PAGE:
Like the conservative tea party groups that rose up after Barack Obama was elected president in 2008 and that helped Republicans retake the House and gain power in state legislatures in 2010, this new liberal movement has emerged largely outside the traditional party structure.
It is led by hundreds of thousands of mostly white, college-educated, middle-aged women who trace their inspiration to the inaugural women’s marches in January 2017 and whose ambitions have only grown amid a succession of disagreements with [President] Trump, including over the confirmation of Supreme Court Justice Brett M. Kavanaugh. … An aspiring blue wave with a decidedly pink hue, they are women defined by a desire to atone for their relative inaction in 2016.
The pink resistance is reflected in the historic number of women running for office. “More than 500 women announced runs for Congress and governorships in 2018 — a record number,” CBS News reports. And with those female candidates, we have seen an influx of female donors, a new group of political power players.
The irony is striking: At a time that President Trump and his most devoted fans — evangelicals — have abandoned any pretense that character and public morality matter, it is progressive women who have insisted that honesty, decency, respect and kindness count most of all.
Trump argues that mocking Christine Blasey Ford was necessary to win the confirmation fight; Trump’s female critics reply that Republicans’ treatment of Ford and female assault survivors was beyond the pale, and disqualifying for those who want to hold office.
Republicans insist that Trump’s words do not matter — only tax cuts, judges and deregulation; women leading the pink resistance declare that Trump’s ignorance, bigotry and cruelty render him unfit for office and make the country weaker and meaner. Republicans have become entirely transactional; they now elevate winning at any cost. By contrast, the pink resistance is in large part about reestablishing moral and political guardrails and retaining social gains that transformed women’s lives in the late 20th century.
Aside from the #MeToo movement and Kavanaugh’s nomination, Trump’s wicked family separation policy might have been the most important driver of the anti-Trump women’s movement. In one policy action was everything these women detested about Trump — the cruelty, the dissembling, the incompetence at the expense of the most vulnerable. The mass shootings at schools, which Republicans insisted was a function of too few guns in schools, also provoked disgust and spurred more mothers, daughters, teachers and other pink protesters to take action. But more than anything, it is the daily drumbeat of insults, bullying and belittling that spurs these women on to do whatever they can to curtail and eventually end Trumpism.
Sen. Ben Sasse (R-Neb.) has written another book — his writing production vastly exceeds his legislative output — arguing that we’re lonely, disconnected from one another and therefore eager to gain a sense of belonging in partisan tribes. He’s apparently unaware of the growing movement that is building community among anti-Trump resisters. The Post reports:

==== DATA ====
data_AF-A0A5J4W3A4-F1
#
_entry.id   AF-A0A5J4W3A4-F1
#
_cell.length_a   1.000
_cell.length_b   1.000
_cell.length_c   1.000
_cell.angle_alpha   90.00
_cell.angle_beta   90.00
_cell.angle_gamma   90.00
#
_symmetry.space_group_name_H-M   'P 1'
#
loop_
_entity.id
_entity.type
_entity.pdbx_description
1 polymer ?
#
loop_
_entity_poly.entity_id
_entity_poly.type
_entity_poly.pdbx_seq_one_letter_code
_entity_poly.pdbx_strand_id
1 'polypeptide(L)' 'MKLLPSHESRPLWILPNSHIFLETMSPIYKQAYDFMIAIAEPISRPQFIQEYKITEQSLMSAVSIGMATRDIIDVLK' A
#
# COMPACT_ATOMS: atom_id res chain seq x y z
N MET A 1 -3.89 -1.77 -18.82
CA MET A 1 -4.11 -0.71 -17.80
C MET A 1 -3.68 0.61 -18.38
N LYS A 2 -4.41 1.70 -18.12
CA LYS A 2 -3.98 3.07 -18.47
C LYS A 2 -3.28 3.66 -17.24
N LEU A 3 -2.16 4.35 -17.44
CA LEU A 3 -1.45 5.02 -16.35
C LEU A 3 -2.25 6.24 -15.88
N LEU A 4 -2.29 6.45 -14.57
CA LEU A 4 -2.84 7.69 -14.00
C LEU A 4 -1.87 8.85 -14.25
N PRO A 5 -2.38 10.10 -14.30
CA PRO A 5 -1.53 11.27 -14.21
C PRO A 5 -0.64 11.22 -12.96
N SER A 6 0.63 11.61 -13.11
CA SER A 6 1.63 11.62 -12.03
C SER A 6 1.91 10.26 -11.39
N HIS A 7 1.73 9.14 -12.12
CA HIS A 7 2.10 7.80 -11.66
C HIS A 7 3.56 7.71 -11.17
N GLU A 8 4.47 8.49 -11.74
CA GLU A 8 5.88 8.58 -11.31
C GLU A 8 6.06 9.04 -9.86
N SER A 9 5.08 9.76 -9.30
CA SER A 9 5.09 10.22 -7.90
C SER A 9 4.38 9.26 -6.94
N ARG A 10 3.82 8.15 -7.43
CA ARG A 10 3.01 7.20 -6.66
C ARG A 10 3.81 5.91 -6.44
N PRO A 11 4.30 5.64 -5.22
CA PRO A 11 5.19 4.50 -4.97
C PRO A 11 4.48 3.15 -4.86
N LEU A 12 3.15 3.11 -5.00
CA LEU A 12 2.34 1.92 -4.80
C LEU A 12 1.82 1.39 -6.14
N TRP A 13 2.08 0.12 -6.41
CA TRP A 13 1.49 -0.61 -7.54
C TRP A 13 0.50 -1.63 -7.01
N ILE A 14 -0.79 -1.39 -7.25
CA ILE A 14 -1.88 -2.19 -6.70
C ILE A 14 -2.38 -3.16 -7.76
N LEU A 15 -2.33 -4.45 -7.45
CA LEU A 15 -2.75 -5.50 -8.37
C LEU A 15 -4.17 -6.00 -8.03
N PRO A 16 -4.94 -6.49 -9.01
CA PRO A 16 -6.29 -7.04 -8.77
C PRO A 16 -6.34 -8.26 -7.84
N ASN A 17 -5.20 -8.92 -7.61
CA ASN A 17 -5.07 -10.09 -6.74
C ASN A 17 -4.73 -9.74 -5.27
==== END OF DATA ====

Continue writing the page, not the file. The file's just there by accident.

What began with meetings at diners and public libraries has matured into a sprawling array of overlapping groups, some intensely local and operating on shoestring budgets and others well-financed and professional.
National networks with names such as Indivisible, Action Together and Together We Will serve as organizing umbrellas for thousands of far-flung, self-directed activists. New national organizations including Swing Left, Sister District and Flippable have more-centralized operations targeting specific races. Still other efforts, such as Mobilize, are little more than new technology platforms that allow activists to connect to campaigns online. All told, this loosely woven framework has added up to a potentially potent force, new on the political left, with a singular goal of winning elections.
That might come as news to Sasse, but these women are creating ties that are likely to extend beyond the next election. Their shared outrage and determination to prevent the loss of decades of political and social progress for women — rather than ideological conformity — characterize their movement and provide a level of emotional intensity rarely seen in issue-based movements.
Republicans, soaked in their male grievance mentality, remain largely oblivious to the potential for a shift in politics from tribal rigidity to public morality, from one based on bluster and bullying to one that elevates public virtue, something Republicans used to believe in. (“As a movement, the Trump resistance appeared more quickly and grew larger than the tea party did after Obama took office, said Theda Skocpol, a sociologist at Harvard who has studied both. ‘They are not demanding purity,’ she said of the new uprising. ‘They are going to revitalize the roots of the Democratic Party and they are going to feminize it, but they are not going to turn into Bernie Sanders.'”)
I suspect that 2018 will be the first election, but certainly not the last, in which brigades of women, spurred by righteous anger, play a role far weightier than their numbers would suggest. With any luck, they might force a reexamination of our political culture and rhetoric. We could use, in the words of President George H.W. Bush, a kinder, gentler nation.
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